Migration is often considered to be the adjoint of modeling, this would suggest the following adjoint operation as a reasonable constant offset imaging operation.
When I apply this process to the result of constant offset modeling the result is very disappointing. Figure shows the result of adjoint modeling on the three constant offset panels shown in figure . The deeper event has been imaged with such a small amplitude that it isn't even visible. This is because the Green's function I am using are not merely kinematically correct they also have the correct amplitudes. The adjoint operation correctly inverts the phase but is squares the amplitude. This would not be a problem if the integration had been applied over infinite space and time. The truncation of the modeling and adjoint modeling operators results in a loss of energy from the image. The loss of energy is greatest at the bottom of the section where only a small piece of the hyperbola will be imaged.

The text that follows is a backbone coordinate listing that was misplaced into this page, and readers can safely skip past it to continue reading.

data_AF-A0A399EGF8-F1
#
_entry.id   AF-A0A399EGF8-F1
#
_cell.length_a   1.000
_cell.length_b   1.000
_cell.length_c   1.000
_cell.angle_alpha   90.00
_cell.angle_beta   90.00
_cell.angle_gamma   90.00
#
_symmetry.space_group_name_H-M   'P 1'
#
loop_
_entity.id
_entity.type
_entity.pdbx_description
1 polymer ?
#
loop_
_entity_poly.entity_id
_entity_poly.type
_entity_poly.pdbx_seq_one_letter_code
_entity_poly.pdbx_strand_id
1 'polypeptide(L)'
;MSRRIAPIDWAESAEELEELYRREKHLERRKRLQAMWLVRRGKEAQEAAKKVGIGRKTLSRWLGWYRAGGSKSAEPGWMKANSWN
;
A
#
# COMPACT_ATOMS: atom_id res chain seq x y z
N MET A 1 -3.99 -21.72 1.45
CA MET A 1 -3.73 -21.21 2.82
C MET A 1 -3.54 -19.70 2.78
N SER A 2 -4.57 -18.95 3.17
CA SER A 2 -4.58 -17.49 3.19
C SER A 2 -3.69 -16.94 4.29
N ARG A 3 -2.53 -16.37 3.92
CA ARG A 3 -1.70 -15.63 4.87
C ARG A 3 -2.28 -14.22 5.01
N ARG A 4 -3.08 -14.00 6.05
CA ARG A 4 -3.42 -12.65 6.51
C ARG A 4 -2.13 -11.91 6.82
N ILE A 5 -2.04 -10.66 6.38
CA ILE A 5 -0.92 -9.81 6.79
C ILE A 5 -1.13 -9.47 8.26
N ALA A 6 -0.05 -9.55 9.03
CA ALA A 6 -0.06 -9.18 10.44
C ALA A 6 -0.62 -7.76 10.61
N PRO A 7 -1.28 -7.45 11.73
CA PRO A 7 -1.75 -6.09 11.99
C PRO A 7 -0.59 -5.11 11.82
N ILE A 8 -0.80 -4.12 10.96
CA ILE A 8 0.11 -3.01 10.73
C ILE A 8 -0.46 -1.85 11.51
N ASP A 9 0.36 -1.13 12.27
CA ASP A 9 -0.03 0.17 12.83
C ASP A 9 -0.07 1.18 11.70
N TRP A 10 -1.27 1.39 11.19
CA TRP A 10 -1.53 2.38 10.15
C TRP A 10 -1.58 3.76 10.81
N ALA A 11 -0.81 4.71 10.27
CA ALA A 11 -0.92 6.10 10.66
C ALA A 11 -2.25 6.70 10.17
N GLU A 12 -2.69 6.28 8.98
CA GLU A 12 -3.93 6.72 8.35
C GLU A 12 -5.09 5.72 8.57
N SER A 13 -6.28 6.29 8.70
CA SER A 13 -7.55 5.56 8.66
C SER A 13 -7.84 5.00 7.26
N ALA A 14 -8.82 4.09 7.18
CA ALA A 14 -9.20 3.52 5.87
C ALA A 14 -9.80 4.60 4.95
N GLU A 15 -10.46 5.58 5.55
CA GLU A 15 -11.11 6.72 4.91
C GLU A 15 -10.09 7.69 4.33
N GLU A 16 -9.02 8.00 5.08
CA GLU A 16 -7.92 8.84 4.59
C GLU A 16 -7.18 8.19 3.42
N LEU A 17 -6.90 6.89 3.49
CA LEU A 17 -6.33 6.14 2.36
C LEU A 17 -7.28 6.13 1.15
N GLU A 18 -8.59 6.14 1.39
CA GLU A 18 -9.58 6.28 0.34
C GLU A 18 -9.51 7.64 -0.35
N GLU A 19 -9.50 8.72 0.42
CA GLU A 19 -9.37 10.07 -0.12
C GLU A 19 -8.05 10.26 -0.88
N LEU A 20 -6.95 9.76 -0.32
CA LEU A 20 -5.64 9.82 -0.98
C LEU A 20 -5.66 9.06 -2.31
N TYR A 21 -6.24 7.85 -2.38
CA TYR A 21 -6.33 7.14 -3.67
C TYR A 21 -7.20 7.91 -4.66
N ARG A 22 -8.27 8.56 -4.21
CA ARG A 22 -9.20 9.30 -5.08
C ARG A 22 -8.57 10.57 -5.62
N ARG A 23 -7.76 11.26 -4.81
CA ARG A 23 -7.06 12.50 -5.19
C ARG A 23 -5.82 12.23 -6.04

One way to overcome this problems is to apply a time dependent gain before the migration. This will amplify events that are later in time so that the amplitudes of the images of deeper events will be increased. However it will also increase the amplitude of the later parts of hyperbolas belonging to shallow events, this is not desirable. What should really be applied is a depth dependent gain after migration. Many authors, e.g. Lumley and Beydoun (1991), attempt to account for the effects of truncation by dividing by a ``diagonal Hessian'' operator, this is an approximation to the full inversion of the modeling operator. This process is often called ``migration inversion.'' In a V(z) medium this becomes a depth and offset dependent scaling after migration.